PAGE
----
Example of Getting Started on a Problem
 

 Here is a sample problem statement:

A distillation column is to be used to seperate ethanol from water to make a more concentrated whiskey.  Mr. Johnson has 100 pounds of a mixture that is 30 % ethanol by weight.  The remaining 70% of the mixture is water from the cornmash used to make the whiskey.  He wants to make an overhead product that is 60 weight percent ethanol and discard a solution that has 5% ethanol.  How much will he be able to serve to his friends?

1) Read the problem.
This is what you always do whenever you are confronted with a problem statement.

2)  Read the problem again.
This is when you start to figure out what the problem is asking you to do and what the process looks like.  You should also start listing all the information that is given.

3)  Sketch the problem.
This will help you figure out what you know and what you don't know.
We were told that we had a distillation column.  We know what a standard distillation column looks like.  If you'd like to see, click  here .  Click on the back button to return to this page.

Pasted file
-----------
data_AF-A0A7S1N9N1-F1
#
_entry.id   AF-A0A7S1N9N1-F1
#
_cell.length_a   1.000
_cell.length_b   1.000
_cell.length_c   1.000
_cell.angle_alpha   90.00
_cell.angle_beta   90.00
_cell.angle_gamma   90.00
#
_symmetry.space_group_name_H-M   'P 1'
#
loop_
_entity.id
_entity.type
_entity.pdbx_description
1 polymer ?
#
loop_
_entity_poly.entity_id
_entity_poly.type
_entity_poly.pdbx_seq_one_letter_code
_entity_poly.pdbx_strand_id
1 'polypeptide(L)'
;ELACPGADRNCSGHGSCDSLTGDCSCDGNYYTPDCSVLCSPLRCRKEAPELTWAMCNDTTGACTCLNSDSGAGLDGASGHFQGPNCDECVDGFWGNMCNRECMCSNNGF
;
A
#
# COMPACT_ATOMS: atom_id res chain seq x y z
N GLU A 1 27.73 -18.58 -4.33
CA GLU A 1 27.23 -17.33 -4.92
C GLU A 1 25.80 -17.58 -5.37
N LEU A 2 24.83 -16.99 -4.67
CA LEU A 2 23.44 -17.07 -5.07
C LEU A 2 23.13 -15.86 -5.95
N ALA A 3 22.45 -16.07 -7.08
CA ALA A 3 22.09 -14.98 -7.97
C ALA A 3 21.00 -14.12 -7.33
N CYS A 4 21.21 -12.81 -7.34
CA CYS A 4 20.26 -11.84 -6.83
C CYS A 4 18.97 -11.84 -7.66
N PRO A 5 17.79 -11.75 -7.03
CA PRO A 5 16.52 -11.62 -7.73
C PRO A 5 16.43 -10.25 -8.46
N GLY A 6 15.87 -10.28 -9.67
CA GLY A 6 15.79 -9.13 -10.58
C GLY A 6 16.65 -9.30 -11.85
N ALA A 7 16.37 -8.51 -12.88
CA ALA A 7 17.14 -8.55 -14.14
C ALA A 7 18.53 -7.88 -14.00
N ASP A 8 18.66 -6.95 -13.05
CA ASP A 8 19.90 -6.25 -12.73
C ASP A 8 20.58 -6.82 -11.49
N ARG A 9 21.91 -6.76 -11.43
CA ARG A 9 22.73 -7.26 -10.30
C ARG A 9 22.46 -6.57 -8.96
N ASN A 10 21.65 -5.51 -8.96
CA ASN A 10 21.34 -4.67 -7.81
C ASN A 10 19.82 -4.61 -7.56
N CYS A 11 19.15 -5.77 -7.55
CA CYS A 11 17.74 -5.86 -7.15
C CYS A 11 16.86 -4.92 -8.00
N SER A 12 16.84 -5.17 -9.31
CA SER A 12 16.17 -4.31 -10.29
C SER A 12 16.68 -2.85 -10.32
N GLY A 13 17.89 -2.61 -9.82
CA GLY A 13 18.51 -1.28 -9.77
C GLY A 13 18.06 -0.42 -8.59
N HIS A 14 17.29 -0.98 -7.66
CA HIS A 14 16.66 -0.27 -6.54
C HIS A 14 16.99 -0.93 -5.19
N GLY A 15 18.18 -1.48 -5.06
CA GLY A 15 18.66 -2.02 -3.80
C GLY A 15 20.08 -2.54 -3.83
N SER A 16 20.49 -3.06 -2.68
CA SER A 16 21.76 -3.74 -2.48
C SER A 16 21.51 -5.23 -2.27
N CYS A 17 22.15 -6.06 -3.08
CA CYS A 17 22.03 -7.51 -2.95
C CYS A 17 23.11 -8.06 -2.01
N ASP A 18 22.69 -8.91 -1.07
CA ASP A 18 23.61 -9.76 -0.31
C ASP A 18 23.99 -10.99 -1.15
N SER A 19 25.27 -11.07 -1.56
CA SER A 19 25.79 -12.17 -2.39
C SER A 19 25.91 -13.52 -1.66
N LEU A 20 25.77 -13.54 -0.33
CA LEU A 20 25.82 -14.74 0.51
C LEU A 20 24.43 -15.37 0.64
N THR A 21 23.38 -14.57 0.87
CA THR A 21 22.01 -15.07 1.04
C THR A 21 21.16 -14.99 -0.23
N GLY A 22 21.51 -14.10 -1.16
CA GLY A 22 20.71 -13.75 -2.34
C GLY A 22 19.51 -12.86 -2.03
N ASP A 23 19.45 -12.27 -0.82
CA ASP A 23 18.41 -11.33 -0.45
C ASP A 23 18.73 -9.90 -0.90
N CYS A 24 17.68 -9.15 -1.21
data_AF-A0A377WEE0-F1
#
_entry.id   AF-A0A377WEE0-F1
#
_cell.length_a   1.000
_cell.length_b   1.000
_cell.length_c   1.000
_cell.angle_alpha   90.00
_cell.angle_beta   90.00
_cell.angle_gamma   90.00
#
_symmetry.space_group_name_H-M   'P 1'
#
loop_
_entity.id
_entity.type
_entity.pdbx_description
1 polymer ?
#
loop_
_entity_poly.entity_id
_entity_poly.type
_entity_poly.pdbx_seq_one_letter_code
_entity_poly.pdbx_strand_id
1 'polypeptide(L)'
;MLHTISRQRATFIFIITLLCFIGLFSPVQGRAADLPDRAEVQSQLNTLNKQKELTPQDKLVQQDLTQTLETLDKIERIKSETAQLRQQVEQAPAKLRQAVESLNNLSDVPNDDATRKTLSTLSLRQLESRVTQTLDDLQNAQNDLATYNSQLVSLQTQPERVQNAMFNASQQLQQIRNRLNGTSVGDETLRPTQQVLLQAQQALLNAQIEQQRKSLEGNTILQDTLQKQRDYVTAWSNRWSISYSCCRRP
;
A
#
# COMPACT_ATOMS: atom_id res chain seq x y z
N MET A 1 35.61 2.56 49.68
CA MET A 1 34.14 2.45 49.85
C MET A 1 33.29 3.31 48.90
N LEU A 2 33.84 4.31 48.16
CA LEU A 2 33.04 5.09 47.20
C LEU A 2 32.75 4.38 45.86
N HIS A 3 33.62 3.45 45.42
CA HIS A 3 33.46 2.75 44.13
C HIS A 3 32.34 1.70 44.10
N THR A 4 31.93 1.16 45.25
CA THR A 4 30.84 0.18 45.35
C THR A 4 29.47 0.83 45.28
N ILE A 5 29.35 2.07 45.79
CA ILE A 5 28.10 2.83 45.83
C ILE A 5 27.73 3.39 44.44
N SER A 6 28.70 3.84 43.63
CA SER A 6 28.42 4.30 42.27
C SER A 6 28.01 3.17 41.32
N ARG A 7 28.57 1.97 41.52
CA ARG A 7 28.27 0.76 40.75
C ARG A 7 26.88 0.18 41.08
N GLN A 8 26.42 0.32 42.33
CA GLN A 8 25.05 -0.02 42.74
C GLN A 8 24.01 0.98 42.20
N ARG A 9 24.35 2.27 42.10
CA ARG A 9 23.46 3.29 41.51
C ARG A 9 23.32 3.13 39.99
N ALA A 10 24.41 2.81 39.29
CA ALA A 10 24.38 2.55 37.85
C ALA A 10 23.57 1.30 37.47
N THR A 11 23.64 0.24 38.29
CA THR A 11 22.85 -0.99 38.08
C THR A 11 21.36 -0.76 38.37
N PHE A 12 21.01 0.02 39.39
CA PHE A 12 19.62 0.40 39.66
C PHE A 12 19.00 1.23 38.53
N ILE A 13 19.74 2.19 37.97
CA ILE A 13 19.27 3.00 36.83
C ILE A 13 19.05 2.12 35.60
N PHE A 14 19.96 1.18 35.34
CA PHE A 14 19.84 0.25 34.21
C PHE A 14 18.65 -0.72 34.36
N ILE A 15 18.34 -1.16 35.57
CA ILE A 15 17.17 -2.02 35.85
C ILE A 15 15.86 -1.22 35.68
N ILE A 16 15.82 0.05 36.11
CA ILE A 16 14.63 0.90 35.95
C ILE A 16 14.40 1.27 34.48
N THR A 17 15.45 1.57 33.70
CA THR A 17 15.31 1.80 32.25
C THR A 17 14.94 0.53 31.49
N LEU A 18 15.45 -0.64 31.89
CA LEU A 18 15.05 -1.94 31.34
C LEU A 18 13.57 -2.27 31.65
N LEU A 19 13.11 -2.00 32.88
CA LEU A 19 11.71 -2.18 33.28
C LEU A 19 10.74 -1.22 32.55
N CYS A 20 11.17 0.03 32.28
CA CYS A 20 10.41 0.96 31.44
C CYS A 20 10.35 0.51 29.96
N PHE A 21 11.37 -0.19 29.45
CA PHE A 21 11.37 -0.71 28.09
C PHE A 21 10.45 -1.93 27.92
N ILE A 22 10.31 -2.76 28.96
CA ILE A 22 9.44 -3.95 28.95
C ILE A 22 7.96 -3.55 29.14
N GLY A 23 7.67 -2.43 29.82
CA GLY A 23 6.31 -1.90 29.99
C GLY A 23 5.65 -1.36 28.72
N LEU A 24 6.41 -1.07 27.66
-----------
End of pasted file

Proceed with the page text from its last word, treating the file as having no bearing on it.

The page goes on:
4)  Label the diagram.
This will also help us figure out what we know and don't know.  First I will label the streams with one letter:  F for Feed, O for Overhead, and B for Bottoms.

5)  What are you looking for?
If you know what you're looking for, you know when to stop working on the problem because you are done.  Here, we've been asked to figure out how much whiskey the distillation column will be able to make, which is called the overhead product, O.  So, we are looking for O in terms of pounds.

6)  List all the information given in the problem.
It is generally good to come up with a shorthand way of representing flowrates and
compositions (how much of each thing there is in each stream) so you don't have to write so much down.  Here we will let "e" stand for ethanol and "w" stand for water.  A big "W" indicates that we are using the weight fraction of something.  So, for example, Wo,e = 0.60.
Or in other words, the mass fraction of ethanol in the overhead product stream is 60%.
Adding all the given information to our diagram would make it look like this:

7)  Were we told to use any specific technique to solve to problem?
In this case, no.

8) Start to solve the problem.
Now that we know what we are looking for and we have everything drawn and labelled, we
can start to solve the problem.
 
 
 
 
 

2007 Arizona Board of Regents for The University of Arizona